Saturday, June 13, 2009

The Mambo Kings

"The Mambo Kings" (Arne Glimcher, 1992) Disappointing for everyone but fans of Armand Assante (who's terrific show-boating in a show-boating role). But if you're a fan of mambo (which I can be), or even a fan of the Pulitzer novel "The Mambo Kings Sing Songs of Love" (which is reduced down to its soapish roots), you're going to wonder what the point is. The mambo sequences (when they actually play mambo) are great, but too much time is spent on "The King's" signature song, which sounds like what it's designed to be—a 90's style MOR ballad for a singer of limited range like Julio Iglesias.* Mambo, it ain't. Period-accurate, it ain't. But as the song is composed by Music Supervisor (now Fox Music president) Robert Kraft with mediocre lyrics by the director, one suspects authenticity wasn't the point so much as lining their pockets with residuals.

Still, the film (the American film debut of
Antonio Banderas), does have Celia Cruz on hand (she's great) and Tito Puente (Tito was old when he filmed this, but you just can't buy his looks of shock at Assante's drumming simulations—Puente could play whack-a-mole with Assante's head before he could react). And there's a fascinating segment where "The King's" go out to Hollywood to appear on "I Love Lucy " at the behest of Desi Arnaz (Desi Arnaz Jr. does a pitch-perfect rendition of his father's reedy voice—now, there would be an interesting screen biography as Desi Arnaz was a Cuban refugee, mambo afficianado and entertainment entrepreneur, apart from his relationship with Lucille Ball). Glimcher and his technical crew do a great job of integrating Assante and Bardem and Arnaz, Jr. into the old show-footage.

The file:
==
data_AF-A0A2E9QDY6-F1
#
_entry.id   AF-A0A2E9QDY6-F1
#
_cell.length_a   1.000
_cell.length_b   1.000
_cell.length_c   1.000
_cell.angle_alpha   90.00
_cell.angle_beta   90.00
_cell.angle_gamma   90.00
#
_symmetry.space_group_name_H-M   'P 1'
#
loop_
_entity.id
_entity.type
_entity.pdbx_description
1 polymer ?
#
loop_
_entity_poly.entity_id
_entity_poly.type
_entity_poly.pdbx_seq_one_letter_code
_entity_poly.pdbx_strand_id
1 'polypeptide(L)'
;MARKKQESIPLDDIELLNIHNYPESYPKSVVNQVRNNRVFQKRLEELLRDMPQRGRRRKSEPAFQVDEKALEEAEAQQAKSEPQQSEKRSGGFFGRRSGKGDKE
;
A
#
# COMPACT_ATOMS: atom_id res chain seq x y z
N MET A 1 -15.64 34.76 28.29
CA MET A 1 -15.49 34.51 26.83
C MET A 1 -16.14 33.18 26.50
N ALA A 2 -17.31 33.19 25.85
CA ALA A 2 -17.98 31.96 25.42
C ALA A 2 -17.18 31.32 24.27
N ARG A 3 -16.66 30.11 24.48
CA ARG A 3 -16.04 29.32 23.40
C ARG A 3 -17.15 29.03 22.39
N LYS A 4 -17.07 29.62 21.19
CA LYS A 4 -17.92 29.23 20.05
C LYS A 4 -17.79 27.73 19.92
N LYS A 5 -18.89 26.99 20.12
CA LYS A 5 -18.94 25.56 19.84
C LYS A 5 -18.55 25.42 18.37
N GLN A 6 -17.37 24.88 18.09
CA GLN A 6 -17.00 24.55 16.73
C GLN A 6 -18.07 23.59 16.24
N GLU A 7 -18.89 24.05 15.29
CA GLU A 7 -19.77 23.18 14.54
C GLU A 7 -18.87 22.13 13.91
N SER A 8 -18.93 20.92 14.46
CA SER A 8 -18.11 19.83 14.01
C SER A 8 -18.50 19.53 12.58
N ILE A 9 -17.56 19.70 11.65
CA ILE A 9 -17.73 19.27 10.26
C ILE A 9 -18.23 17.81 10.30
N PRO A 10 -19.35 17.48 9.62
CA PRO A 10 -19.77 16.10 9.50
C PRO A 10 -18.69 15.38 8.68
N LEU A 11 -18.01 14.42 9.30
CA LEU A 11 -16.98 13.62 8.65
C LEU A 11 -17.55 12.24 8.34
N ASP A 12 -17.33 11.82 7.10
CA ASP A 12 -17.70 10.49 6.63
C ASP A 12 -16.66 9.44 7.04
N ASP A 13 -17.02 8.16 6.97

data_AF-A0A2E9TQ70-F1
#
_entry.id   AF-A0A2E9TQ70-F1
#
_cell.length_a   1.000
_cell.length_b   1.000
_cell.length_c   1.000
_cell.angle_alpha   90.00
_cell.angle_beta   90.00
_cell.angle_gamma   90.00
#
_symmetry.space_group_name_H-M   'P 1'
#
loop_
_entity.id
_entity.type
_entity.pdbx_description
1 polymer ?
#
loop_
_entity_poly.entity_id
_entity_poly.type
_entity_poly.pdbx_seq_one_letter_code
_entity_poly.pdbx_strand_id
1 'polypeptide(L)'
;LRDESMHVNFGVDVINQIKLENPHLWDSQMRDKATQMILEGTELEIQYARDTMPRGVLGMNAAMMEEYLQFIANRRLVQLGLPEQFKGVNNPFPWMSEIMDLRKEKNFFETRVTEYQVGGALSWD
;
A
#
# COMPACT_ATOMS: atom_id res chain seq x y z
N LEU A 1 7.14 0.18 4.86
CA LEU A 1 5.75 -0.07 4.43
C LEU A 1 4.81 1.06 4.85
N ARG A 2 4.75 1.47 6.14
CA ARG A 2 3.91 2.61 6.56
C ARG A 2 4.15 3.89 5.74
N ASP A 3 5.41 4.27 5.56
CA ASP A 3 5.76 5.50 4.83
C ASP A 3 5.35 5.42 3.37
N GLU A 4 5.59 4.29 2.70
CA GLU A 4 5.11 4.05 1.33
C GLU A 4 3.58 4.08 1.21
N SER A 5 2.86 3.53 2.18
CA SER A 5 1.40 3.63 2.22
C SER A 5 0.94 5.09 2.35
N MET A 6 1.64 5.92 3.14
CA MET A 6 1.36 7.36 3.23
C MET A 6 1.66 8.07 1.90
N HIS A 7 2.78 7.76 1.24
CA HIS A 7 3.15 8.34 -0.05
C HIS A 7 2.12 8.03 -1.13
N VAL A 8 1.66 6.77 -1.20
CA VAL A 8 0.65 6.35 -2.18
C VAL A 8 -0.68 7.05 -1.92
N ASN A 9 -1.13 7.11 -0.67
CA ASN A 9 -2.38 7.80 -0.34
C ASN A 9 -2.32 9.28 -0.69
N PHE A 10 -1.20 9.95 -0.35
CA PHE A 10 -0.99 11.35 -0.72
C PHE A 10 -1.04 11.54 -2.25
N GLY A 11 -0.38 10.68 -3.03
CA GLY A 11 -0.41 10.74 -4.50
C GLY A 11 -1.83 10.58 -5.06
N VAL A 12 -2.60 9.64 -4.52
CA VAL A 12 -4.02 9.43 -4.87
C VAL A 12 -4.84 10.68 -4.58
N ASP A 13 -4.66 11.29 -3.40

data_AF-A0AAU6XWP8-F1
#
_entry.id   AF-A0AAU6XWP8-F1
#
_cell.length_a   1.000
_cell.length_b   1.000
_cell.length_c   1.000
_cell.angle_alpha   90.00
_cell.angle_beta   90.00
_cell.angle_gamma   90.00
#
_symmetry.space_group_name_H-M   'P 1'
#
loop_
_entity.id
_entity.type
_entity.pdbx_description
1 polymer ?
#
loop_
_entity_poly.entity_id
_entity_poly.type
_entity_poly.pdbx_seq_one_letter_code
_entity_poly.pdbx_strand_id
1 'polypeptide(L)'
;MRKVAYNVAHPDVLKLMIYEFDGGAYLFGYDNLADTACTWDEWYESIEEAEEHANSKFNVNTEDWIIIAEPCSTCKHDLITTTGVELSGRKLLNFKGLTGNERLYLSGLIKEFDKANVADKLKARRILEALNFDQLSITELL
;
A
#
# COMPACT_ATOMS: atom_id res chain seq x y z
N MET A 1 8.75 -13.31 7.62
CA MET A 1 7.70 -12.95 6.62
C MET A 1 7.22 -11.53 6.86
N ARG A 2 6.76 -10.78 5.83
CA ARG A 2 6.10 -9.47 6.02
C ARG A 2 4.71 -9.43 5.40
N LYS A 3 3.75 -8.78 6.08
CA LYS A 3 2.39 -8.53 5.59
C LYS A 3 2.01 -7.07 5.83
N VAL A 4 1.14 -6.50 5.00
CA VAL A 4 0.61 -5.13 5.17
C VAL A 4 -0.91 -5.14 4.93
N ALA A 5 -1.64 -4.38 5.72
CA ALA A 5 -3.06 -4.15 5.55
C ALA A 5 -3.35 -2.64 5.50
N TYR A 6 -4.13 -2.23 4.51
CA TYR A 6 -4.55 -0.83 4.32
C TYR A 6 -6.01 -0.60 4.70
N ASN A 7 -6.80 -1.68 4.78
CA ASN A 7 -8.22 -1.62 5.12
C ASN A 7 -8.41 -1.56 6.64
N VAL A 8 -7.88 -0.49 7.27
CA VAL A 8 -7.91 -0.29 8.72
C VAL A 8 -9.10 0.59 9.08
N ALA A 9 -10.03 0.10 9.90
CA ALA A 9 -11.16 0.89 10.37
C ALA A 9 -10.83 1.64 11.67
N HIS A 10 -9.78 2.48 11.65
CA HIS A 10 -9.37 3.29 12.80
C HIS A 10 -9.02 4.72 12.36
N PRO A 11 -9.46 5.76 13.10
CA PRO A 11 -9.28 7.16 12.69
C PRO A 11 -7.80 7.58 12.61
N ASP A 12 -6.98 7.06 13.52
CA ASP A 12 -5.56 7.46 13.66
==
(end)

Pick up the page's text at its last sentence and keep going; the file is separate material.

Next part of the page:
But it's not enough. Banderas' character—the weak, artistic brother who has impulse control problems—grates most of the movie. And Assante's brash older brother with a head for business but without the brains to go inside it starts to resemble an empty suit, despite Assante's aggressive approach to the role. One also wonders about that fine Latino actress
Maruschka Detmers** as the wife of Banderas' character. It would be nice if a role so intrinsically Latin could be played by an ethnically appropriate actress. But, as with the soft-pedaled mambo influences, showcasing Cuban-Latino talent was not on the minds of the producers.***

The film feels soapy and safe, and completely misses the beat with none of the danger-given-precision of the music style contained in the title. "The Mambo Kings?" The makers screwed up—royally.

* The song "Beautiful Maria of My Soul" was nominated for a Best Song Oscar. It lost to "A Whole New World" from "Alladin"

** I'm being sarcastic here—she's Dutch.

*** And look, I'm not so close-minded that I think every role should be portrayed by an ethnically precise actor (if I did, I'd have to negate the entire career of Anthony Quinn!), but...I repeat...Dutch? Now, if you'll excuse me I have to go listen to my CD of "Robert Mitchum Sings Mambo"...

No comments: